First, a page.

Cary Smith’s seemingly minimalist paintings differ subtly from the mainstream model in both undercurrent and appearance; to look at Smith’s work is to be inaugurated into the world of the symbol: abstract, diffuse, and potent. Though Smith’s paintings are based on the rich yet austerely symmetrical designs of early Americana, in his hands they become separated from the folk culture of which they were originally a part. Smith lifts his patterns from the world of the usable, culturally embedded object and inserts them into the abstruse world of art, yet his work is not conceptual in the Duchampian

  • Allan McCollum

    Allan McCollum presented more than 2,000 framed drawings, created from some 200 infinitesimally varied and variously combined plastic templates, in a dense salon-style arrangement. Though the repealed images sat mutely one next to the other, together they had the force of an invasion. With blind fecundity, McCollum’s drawings seem to replicate without teleological intent or vanity of purpose. As in all of his work, the frightening spector of repetitive psychosis looms large. By presenting numerically limitless objects, all derived from the same host, McCollum presents a kind of user’s manual

  • Claudia Hart

    Claudia Hart takes Jean-Jacques Rousseau, historian, playwright, social critic, and Romantic par excellence, as the subject matter for her show. Three separate titles: “Brief Lives, Part 1” “Chance and Circumstance/1” and “The Contingency of Selfhood,” explicitly open the cultural Pandora’s box of Romanticism. Intended as the first in a series of exhibits dealing with the topic, this show opens up the dialogue surrounding the theoretical foundations on which both contemporary and historical art are based. Romanticism, as a response to the post-Cartesian disjunction of a free moral mind, and a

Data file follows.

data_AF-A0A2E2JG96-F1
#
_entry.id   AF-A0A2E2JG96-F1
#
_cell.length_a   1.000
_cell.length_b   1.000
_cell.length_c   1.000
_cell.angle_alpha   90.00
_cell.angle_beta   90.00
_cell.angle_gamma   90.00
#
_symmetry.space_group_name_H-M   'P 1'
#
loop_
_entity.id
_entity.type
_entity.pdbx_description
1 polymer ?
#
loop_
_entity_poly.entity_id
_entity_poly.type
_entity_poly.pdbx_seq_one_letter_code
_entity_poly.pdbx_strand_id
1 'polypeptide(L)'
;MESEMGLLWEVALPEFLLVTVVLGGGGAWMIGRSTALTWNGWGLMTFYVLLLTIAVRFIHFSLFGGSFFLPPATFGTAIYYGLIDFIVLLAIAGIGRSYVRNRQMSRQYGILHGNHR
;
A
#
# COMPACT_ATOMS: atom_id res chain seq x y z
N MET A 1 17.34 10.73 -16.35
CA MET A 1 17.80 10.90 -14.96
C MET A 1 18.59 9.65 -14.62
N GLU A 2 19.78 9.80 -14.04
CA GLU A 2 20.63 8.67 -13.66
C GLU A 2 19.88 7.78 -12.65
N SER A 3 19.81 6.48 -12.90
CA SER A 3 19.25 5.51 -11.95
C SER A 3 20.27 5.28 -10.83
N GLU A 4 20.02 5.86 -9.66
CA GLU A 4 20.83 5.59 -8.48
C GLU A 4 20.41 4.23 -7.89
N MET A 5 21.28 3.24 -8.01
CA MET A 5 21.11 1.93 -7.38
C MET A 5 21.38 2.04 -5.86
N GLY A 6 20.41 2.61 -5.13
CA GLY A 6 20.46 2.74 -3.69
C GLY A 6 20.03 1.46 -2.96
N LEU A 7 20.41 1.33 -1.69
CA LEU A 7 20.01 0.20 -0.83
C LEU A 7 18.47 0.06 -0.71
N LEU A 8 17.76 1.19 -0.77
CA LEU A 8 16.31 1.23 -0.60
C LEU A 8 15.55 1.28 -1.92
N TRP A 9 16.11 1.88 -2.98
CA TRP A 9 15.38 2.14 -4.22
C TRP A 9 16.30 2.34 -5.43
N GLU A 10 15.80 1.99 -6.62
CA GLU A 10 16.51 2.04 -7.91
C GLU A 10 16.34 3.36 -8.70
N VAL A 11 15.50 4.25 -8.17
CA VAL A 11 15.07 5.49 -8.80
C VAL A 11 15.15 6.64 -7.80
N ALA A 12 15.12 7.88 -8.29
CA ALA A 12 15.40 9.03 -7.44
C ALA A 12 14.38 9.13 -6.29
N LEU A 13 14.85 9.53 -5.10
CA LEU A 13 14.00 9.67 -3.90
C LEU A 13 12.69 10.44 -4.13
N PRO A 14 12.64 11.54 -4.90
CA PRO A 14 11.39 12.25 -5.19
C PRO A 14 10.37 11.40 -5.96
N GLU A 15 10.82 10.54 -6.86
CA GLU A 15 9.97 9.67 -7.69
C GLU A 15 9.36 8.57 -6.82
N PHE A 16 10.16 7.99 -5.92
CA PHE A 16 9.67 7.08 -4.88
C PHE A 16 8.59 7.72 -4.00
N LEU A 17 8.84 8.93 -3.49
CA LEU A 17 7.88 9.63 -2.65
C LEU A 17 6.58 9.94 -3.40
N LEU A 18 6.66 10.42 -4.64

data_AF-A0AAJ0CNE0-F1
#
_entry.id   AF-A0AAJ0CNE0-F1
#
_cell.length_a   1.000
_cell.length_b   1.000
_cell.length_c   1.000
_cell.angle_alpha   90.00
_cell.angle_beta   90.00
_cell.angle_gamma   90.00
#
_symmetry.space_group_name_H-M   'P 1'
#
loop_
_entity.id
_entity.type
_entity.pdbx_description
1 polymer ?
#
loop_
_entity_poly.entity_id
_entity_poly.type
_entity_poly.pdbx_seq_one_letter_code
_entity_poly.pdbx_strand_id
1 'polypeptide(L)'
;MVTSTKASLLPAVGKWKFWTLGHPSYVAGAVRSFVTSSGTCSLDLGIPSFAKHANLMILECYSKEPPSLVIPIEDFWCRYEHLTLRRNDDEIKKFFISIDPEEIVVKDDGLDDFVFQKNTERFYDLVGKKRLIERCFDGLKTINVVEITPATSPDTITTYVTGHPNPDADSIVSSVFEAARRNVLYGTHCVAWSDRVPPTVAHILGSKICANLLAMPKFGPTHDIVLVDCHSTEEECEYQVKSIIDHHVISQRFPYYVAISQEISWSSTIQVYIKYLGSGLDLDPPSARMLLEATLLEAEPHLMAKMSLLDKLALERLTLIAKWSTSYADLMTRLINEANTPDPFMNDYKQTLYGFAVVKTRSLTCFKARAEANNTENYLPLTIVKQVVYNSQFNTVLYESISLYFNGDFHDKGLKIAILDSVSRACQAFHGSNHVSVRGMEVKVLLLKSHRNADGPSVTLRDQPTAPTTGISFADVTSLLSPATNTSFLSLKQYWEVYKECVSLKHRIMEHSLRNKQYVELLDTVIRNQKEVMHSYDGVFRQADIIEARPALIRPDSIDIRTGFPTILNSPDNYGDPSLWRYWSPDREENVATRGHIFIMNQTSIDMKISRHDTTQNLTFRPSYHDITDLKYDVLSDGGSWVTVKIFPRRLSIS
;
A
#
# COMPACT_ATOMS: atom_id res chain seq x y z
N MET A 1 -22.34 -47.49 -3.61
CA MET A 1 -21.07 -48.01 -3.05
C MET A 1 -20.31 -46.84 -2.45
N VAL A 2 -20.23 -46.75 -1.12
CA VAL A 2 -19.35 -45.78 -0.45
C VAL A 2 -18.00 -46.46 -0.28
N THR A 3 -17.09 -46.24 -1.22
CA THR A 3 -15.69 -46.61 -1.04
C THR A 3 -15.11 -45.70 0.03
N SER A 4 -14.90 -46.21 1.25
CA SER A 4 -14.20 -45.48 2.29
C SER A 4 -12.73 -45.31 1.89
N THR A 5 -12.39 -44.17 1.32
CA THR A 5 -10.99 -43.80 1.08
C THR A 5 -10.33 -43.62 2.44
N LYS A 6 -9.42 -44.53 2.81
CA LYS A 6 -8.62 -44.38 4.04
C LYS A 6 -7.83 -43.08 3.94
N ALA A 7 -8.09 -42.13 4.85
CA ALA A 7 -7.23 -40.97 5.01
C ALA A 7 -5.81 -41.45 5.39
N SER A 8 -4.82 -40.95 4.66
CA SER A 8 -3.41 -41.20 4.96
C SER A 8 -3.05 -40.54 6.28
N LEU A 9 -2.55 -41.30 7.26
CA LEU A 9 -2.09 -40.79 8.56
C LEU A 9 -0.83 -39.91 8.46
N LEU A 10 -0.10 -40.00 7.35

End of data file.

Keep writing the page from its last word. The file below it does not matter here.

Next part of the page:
• Mary Kelly

    Remarkable both in its ambition and in its radicalness, Mary Kelly’s gallery-size installation Interim is divided into four parts: Corpus, Pecunia, Historia and Potestas. The first section, Corpus (Body, 1984-85), consists of a series of coupled panels. One half of each pair features white handwritten text on a black background with occasional red highlighting. Phrases like “a presence much like hers” or “Look at my body” highlight an individual woman’s physical transformation over the years. The other half of each diptych consists of a silk-screened photograph of articles of clothing arranged

  • Dara Birnbaum